Flu Shots Vital for Families with Young Children

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The flu affects millions each year in the United States, leading to thousands of hospitalizations and, in some cases, death.

And among those affected, children and infants are most vulnerable to the flu’s most severe complications.

Luckily, getting a flu shot not only helps protect yourself from the influenza virus but also those most as risk, according to Chelsea Gianna, a Mon Health Wedgewood Primary Care nurse practitioner.

“The benefits of a healthy person getting a flu shot extend to the most vulnerable among us in our communities,” said Chelsea. “This includes newborns and those with compromised immune systems such as someone receiving chemo treatments or babies with congenital defects.”

Chelsea adds that another perk of getting vaccinated often means not feeling as sick if you do catch the flu virus.

“Those who choose to get vaccinated and still catch the flu often experience milder symptoms/infection, and they don’t spread the illness as rapidly as those who do not get vaccinated,” said Chelsea.

Children under 5, and especially those under 2 years of age, are most vulnerable to severe flu-related complications.

Babies younger than 6 months are at the highest risk, because they are unable to get flu vaccinations and their immune systems are underdeveloped.

The best way to protect them, according to Chelsea, is for families and loved ones get their flu shots and to prevent the spread of germs by washing hands prior to coming into contact with an infant.

And as tempting as it may be, she adds, don’t kiss the baby.

“Please don’t kiss the babies, especially newborns. Babies are born with immature immune systems making them susceptible to viral and bacterial infections that could quickly escalate into life threatening conditions,” said Chelsea. “Spreading can occur by touching something with the virus on it or through bodily contact.”

The flu becomes severe— and in some cases, deadly—when secondary symptoms attack the body’s already weakened immune system. In addition to typical flu symptoms like fever, body aches, chills and cough, the CDC lists dangerous symptoms that can appear if the flu is not prevented and/or treated promptly. These include:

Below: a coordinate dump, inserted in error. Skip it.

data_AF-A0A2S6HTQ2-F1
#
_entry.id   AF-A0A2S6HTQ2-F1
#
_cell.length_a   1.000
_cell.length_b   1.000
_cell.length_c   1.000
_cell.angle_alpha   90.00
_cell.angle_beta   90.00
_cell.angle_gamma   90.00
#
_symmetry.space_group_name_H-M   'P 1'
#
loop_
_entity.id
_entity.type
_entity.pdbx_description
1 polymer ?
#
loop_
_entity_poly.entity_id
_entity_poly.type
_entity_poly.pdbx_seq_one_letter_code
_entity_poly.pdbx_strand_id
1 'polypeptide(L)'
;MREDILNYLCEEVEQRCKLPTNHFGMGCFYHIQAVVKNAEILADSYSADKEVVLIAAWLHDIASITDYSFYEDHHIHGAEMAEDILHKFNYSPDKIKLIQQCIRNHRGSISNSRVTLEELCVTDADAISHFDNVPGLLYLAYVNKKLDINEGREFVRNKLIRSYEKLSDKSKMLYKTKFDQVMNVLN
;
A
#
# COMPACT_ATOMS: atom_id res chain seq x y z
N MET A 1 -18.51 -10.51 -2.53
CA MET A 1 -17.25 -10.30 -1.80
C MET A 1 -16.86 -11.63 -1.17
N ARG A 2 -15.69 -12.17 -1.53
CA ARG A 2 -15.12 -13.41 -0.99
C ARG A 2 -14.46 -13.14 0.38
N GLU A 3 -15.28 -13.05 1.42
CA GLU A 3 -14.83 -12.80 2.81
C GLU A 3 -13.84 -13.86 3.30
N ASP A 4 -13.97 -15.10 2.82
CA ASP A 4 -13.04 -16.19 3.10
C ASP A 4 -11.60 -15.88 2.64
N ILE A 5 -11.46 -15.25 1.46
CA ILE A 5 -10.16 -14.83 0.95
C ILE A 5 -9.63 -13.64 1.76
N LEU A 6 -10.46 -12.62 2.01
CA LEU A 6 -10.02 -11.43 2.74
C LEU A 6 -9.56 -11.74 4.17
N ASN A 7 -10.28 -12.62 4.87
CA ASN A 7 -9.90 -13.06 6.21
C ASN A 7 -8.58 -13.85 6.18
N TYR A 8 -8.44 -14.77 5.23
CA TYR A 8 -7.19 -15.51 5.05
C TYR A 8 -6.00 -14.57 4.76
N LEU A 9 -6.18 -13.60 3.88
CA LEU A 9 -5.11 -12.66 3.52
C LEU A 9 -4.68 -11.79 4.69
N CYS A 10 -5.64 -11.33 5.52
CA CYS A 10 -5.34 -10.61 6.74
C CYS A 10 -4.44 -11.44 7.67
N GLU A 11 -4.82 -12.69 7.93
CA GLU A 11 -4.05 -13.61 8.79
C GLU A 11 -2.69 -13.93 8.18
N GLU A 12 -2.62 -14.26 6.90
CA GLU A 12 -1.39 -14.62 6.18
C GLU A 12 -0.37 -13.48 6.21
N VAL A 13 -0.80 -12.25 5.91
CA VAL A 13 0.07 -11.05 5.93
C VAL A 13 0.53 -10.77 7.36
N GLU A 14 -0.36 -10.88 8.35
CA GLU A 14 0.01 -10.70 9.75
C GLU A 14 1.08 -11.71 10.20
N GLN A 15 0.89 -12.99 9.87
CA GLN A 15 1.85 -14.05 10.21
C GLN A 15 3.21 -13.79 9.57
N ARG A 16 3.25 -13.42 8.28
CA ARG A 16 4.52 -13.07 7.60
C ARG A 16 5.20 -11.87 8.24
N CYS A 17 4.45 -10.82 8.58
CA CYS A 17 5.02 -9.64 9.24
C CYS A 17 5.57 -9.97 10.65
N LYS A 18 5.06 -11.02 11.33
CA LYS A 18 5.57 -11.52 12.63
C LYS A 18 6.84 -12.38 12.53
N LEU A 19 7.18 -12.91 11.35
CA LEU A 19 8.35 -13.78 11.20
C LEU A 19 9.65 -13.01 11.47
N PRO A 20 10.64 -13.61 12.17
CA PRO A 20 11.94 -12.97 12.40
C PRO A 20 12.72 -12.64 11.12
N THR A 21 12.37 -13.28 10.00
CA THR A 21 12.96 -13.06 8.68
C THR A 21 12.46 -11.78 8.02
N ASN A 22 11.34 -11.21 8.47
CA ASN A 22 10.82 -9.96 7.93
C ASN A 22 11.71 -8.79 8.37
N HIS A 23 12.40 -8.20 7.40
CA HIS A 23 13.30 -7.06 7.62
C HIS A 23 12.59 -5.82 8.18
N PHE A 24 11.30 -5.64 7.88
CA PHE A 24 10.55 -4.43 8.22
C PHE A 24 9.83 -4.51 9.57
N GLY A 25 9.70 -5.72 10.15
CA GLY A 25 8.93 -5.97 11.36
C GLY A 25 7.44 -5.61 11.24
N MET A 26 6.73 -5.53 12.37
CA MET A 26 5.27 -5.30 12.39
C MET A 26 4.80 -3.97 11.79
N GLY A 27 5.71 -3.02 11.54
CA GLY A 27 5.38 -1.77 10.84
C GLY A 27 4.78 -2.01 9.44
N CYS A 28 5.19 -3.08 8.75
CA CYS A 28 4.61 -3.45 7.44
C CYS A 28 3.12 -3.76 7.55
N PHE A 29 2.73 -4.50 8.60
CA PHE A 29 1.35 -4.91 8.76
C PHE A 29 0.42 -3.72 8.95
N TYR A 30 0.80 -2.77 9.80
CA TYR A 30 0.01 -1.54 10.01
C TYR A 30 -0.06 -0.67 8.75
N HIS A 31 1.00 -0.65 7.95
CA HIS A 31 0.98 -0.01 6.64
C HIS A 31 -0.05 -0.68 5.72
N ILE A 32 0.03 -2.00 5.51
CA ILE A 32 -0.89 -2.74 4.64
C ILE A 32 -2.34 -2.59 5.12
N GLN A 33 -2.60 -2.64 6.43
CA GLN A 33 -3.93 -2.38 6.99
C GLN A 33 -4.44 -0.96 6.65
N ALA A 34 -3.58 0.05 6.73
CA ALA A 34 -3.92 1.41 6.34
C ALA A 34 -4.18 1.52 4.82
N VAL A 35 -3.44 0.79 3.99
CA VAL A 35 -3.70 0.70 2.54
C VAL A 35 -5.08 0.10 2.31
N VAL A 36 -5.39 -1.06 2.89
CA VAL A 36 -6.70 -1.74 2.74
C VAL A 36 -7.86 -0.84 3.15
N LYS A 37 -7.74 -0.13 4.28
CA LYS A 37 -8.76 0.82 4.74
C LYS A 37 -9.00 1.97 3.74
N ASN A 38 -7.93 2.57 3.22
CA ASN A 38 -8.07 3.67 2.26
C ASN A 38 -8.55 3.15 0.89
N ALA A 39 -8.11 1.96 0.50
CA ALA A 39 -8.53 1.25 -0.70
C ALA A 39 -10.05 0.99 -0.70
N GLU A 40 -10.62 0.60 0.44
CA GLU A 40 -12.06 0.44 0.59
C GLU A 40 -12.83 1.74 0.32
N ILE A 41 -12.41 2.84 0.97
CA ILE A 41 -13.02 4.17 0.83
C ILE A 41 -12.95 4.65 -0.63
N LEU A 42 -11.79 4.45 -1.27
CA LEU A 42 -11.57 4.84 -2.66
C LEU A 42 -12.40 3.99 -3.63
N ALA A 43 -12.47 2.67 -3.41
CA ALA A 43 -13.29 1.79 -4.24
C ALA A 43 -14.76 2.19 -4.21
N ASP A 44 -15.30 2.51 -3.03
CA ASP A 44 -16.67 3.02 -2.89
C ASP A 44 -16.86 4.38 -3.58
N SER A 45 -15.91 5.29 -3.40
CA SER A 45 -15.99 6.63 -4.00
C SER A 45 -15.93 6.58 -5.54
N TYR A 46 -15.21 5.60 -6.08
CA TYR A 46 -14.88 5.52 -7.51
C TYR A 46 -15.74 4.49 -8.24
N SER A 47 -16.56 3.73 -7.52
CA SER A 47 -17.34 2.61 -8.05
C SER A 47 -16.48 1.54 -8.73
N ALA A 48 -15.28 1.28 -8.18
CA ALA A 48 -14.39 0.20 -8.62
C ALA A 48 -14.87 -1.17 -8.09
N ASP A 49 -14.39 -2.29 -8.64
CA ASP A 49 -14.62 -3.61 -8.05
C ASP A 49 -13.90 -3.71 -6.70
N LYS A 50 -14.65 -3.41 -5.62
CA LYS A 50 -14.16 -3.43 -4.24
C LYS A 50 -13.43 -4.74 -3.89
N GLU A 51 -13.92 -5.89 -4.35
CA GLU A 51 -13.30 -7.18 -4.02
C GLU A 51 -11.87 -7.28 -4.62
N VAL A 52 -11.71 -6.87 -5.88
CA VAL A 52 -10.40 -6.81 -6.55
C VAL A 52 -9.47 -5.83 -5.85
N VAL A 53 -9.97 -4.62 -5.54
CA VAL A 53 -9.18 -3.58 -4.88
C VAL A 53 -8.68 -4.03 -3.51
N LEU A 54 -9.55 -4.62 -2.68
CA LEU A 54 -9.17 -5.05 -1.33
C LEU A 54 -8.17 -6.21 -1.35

• Pneumonia
  • Dehydration
  • Worsening of pre-existing, chronic medical problems like heart disease or asthma
  • Brain dysfunction such as encephalopathy (brain disease, damage or malfunction)
  • Sinus problems
  • Ear infections

The best time to get the flu vaccine is right now

“If you can, get the vaccine before the flu spreads in your community—preferably before the end of October,” said Chelsea. “The vaccine is usually offered through January, so getting it later is still beneficial and better than not getting it at all.”

In addition to getting a flu vaccine, you can take preventative actions such as:

  • Staying away from sick people
  • Parents with infants/newborns and those with compromised immune systems should try to avoid large crowds and shopping centers, as these increase the likelihood of coming into contact with life threatening viruses
  • Frequently washing and/or sanitizing your hands
  • Staying home from work and/or school if you’ve had flu symptoms
  • Talk to your doctor about antiviral drugs available to treat early flu symptoms

To get a flu shot, reach out to your doctor or visit a local health department, pharmacy or community center to see if vaccines are being offered in your area.

Call 304-599-9400 to schedule an appointment at Mon Health Wedgewood Primary Care.